Titanic star Gloria Stuart's next boat trip will be on a river. Besides being the grand marshal of the Kentucky Derby Festival's Pegasus Parade, Stuart will also be the guest of honor at the April 29 Great Steamboat Race between the Belle of Louisville and the Delta Queen. Stuart, who'll be aboard the Belle, says she's not worried about the voyage—even though the steamboat partially sank at its berth last summer due to alleged vandalism. "The water will be fairly warm," says Stuart, "and I can swim."
It's hard to predict which celebs will make other celebs starstruck. Actress Andie MacDowell says it happened to her when she had lunch with Pulitzer Prize-winning author William Styron during the filming of Shadrach, which kicked off the Los Angeles Independent Film Festival. To prepare for the upcoming drama based on Styron's short story about a 99-year-old slave who revisits the plantation where he was born, MacDowell says she read everything Styron ever wrote. But no, she didn't ask him for an autograph. "I got so much more," says MacDowell. "I got an intimate lunch. Not many people get to do something like that."
Wonder what ever happened to Kato Kaelin? Neither did we, until he recently turned up as a substitute usher at the Church of the Good Shepherd in Beverly Hills. Kaelin has started a lecture tour called "The 16th Minute," in which he discusses what happened after his 15 minutes of fame were over. So far, his appearances include a seminar at Loyola Law School in L.A. and four shows at Penguin's Comedy Club in Cedar Rapids, Iowa.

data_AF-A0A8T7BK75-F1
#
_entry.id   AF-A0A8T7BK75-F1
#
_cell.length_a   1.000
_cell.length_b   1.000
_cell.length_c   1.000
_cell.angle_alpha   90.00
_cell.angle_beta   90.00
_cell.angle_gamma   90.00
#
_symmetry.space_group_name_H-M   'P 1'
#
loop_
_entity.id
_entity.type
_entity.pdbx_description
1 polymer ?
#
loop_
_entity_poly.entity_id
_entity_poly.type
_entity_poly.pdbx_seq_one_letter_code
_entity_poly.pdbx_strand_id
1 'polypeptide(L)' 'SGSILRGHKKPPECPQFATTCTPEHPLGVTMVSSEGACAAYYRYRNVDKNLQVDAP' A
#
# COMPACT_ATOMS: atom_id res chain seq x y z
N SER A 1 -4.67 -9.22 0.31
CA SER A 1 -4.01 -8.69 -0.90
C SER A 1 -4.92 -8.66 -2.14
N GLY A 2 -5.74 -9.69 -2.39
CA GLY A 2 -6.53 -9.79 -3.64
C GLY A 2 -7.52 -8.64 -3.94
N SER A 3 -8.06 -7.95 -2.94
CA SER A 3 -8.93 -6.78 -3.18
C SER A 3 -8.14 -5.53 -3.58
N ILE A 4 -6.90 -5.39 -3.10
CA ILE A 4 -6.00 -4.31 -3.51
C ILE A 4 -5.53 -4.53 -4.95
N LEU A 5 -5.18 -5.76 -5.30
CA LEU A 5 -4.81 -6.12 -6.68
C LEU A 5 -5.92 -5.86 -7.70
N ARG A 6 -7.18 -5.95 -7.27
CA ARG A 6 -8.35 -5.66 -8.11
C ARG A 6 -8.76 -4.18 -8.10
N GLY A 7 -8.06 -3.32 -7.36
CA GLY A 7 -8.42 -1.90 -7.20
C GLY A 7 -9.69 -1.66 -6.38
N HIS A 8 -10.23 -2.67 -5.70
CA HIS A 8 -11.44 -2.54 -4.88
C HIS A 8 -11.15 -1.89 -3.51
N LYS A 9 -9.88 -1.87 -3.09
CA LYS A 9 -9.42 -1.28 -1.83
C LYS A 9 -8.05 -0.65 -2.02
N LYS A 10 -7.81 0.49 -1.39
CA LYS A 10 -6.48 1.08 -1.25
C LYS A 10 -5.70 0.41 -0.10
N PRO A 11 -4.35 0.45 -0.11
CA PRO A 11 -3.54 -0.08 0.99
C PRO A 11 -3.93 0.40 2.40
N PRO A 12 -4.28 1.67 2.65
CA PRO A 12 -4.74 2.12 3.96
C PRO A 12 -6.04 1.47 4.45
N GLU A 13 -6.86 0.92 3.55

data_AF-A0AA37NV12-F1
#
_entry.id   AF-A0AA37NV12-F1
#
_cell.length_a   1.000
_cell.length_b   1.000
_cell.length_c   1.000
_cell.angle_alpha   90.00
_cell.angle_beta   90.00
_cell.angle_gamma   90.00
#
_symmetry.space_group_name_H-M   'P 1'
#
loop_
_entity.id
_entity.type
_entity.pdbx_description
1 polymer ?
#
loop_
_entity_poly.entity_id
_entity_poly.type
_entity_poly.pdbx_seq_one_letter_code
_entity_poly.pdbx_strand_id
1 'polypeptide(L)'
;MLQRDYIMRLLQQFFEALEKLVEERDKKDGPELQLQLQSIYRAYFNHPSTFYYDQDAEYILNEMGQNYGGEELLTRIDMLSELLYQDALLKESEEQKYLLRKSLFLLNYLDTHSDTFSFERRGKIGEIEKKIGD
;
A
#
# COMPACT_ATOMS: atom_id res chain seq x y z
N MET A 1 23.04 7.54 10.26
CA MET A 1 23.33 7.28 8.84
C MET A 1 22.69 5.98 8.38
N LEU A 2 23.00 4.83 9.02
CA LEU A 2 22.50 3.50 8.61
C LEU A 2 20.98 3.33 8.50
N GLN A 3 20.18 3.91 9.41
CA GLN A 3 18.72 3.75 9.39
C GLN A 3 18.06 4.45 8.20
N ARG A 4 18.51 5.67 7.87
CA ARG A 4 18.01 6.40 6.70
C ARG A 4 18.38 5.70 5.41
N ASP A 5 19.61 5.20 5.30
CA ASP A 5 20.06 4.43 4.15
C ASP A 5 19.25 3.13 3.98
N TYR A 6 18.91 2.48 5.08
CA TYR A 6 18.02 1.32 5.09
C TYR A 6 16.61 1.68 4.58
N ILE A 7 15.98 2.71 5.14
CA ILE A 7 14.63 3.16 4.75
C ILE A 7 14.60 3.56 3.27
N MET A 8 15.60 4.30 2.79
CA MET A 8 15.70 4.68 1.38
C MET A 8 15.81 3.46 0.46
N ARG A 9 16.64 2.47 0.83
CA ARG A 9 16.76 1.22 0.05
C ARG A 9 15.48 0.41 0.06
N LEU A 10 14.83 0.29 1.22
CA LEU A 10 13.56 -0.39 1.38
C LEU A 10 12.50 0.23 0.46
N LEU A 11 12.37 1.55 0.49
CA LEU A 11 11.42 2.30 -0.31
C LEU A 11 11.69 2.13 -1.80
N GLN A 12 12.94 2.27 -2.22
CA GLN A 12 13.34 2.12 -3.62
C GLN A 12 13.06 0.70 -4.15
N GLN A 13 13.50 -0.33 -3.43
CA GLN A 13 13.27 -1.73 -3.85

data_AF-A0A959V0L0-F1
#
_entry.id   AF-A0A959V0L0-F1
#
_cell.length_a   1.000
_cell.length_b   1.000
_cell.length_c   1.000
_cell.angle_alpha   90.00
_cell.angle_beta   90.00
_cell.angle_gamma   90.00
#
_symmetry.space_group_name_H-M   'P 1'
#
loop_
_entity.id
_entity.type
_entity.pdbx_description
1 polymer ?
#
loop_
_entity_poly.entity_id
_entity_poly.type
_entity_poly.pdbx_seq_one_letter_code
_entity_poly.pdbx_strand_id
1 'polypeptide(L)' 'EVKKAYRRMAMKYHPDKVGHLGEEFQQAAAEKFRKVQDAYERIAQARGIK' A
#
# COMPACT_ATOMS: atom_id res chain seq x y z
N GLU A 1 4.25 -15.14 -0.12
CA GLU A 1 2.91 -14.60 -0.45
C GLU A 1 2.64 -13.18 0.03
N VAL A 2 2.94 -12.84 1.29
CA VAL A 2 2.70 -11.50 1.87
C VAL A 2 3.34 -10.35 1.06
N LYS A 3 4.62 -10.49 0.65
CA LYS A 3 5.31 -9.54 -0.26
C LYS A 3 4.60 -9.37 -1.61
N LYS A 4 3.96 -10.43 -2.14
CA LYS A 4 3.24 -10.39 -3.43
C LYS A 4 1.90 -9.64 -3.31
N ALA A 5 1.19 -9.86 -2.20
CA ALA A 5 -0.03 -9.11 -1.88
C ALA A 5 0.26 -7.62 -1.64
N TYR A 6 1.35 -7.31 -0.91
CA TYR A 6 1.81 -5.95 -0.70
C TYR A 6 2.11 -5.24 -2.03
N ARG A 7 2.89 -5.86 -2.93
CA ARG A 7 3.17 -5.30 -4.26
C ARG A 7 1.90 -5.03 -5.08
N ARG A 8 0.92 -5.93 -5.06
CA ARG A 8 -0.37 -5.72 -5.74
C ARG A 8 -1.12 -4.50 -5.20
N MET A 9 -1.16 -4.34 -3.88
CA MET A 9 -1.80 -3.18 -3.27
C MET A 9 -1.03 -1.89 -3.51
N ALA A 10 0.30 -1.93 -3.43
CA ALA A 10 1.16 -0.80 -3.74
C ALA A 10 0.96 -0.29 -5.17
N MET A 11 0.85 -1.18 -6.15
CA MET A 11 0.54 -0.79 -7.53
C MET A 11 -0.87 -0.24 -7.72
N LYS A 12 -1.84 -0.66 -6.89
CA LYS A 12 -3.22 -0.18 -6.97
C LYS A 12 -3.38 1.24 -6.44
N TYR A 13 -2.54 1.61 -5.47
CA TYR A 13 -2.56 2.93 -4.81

- Hugh McCarten.
Andre Braugher wants to make this perfectly clear: Yes, he's leaving Homicide after six years as fiery Det. Frank Pembleton, but he is most definitely not abandoning the small screen. "I'm not one of those actors who turn their backs on television simply because I'm out of my contract," says Braugher, who exits the NBC drama on May 8. "I'm more than willing to go back. I'm just exploring other aspects of filmmaking." Braugher, who costars in City of Angels, will pull up stakes in Baltimore, his family's home for the past four and a half years, reluctantly. "It's sort of a secret that's tucked away on the East Coast," says Braugher, who will move to the New York City area, "but Baltimore's a lovely town to live in."